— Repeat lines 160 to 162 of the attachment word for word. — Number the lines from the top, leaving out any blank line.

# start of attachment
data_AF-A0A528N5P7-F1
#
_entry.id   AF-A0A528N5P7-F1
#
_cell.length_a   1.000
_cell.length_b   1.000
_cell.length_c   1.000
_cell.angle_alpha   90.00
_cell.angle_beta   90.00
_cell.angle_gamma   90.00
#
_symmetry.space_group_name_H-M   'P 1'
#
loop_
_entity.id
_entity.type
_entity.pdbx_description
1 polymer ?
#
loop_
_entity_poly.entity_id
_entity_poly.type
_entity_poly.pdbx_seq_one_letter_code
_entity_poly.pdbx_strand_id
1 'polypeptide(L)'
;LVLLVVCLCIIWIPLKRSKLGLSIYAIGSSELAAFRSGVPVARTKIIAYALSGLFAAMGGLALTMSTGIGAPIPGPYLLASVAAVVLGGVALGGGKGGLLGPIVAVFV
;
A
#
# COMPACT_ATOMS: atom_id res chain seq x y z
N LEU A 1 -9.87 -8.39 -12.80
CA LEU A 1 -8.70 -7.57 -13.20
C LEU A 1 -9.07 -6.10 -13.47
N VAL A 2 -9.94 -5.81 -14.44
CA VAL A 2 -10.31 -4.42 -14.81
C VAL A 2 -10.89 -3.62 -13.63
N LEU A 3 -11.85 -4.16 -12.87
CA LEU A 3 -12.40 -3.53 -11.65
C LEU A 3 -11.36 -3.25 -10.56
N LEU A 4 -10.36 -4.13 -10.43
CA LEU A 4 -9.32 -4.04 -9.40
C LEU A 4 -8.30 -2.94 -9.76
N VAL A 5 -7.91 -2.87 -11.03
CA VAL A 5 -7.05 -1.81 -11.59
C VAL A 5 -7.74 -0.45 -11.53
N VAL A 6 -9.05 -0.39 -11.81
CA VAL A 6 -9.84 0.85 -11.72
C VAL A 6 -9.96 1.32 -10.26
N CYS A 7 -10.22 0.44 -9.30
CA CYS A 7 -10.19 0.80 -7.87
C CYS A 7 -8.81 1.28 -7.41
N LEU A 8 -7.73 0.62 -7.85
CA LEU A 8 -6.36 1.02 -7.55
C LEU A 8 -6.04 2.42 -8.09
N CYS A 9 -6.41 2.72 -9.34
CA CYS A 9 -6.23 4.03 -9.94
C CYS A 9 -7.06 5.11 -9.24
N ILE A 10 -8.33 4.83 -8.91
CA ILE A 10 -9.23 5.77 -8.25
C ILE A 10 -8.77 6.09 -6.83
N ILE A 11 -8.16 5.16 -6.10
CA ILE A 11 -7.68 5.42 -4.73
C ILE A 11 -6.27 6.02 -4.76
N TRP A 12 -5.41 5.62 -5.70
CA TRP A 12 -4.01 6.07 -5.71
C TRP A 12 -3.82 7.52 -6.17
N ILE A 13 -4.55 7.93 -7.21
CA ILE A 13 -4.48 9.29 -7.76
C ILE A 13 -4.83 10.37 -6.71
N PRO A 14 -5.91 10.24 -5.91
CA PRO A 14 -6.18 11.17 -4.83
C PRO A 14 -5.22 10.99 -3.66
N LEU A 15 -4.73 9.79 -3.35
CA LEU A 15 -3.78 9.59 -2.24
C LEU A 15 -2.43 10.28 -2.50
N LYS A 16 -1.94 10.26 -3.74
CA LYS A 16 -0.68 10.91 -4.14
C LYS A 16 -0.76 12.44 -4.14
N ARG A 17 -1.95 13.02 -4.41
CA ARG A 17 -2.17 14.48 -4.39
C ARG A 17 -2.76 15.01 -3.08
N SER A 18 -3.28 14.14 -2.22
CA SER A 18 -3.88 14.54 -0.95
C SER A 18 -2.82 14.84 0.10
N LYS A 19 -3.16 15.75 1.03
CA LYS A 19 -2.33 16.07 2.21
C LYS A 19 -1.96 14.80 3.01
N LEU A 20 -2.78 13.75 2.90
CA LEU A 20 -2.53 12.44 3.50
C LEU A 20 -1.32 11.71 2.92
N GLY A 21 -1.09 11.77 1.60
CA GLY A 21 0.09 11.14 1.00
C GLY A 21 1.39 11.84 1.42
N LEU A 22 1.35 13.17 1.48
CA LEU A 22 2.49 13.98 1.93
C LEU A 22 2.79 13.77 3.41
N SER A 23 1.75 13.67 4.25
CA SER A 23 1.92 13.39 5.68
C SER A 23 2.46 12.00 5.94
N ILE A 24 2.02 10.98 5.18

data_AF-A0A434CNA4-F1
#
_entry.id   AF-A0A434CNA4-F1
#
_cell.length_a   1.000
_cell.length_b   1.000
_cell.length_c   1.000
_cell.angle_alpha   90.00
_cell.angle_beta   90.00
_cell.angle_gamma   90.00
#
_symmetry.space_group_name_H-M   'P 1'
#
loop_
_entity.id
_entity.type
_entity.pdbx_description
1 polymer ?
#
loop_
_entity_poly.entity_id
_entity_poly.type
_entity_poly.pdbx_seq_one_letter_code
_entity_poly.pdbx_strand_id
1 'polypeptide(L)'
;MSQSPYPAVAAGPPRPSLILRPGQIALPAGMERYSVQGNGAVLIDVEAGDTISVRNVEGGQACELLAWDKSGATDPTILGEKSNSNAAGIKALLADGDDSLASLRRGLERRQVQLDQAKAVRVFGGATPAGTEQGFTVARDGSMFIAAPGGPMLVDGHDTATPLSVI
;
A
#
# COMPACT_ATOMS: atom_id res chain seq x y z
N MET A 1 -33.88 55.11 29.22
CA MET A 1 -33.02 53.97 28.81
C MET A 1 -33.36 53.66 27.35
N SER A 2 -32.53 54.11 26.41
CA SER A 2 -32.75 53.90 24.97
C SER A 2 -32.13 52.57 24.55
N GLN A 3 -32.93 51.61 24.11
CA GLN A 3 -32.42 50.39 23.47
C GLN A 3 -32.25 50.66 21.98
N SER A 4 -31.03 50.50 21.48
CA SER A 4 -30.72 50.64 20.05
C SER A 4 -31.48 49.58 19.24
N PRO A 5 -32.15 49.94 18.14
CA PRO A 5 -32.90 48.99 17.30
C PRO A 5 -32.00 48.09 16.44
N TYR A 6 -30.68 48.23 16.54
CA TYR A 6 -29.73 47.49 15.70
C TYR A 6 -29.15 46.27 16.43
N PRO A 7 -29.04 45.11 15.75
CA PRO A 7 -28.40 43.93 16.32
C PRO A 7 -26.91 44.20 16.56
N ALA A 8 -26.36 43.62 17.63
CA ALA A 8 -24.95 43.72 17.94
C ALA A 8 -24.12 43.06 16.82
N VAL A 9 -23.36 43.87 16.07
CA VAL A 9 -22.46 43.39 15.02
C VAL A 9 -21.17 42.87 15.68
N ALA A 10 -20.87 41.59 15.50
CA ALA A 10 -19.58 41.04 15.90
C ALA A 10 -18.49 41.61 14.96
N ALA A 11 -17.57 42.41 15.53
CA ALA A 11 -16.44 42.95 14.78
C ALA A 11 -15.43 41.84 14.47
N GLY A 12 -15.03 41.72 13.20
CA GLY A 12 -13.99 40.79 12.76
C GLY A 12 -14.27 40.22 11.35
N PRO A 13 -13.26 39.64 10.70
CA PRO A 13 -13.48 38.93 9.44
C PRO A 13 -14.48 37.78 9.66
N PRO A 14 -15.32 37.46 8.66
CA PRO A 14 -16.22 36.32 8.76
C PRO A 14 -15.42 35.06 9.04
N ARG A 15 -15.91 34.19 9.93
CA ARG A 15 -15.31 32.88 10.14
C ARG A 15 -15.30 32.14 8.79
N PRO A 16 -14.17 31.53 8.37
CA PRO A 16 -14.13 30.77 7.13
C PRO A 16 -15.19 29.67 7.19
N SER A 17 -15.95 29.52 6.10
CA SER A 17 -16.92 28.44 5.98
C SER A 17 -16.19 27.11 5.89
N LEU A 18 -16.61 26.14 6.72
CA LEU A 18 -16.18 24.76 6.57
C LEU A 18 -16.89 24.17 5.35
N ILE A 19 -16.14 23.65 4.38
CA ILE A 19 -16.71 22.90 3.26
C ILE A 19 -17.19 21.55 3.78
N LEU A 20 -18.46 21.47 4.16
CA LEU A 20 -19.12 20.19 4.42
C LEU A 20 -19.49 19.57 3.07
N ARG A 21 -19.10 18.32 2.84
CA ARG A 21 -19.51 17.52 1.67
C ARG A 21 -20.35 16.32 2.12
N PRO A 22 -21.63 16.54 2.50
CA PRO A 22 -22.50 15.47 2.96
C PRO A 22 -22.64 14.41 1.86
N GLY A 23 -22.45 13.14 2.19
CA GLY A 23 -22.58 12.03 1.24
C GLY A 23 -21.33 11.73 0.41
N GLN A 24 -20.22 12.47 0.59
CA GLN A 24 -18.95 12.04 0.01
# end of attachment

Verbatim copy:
C ALA A 10 -18.49 41.61 14.96
N ALA A 11 -17.57 42.41 15.53
CA ALA A 11 -16.44 42.95 14.78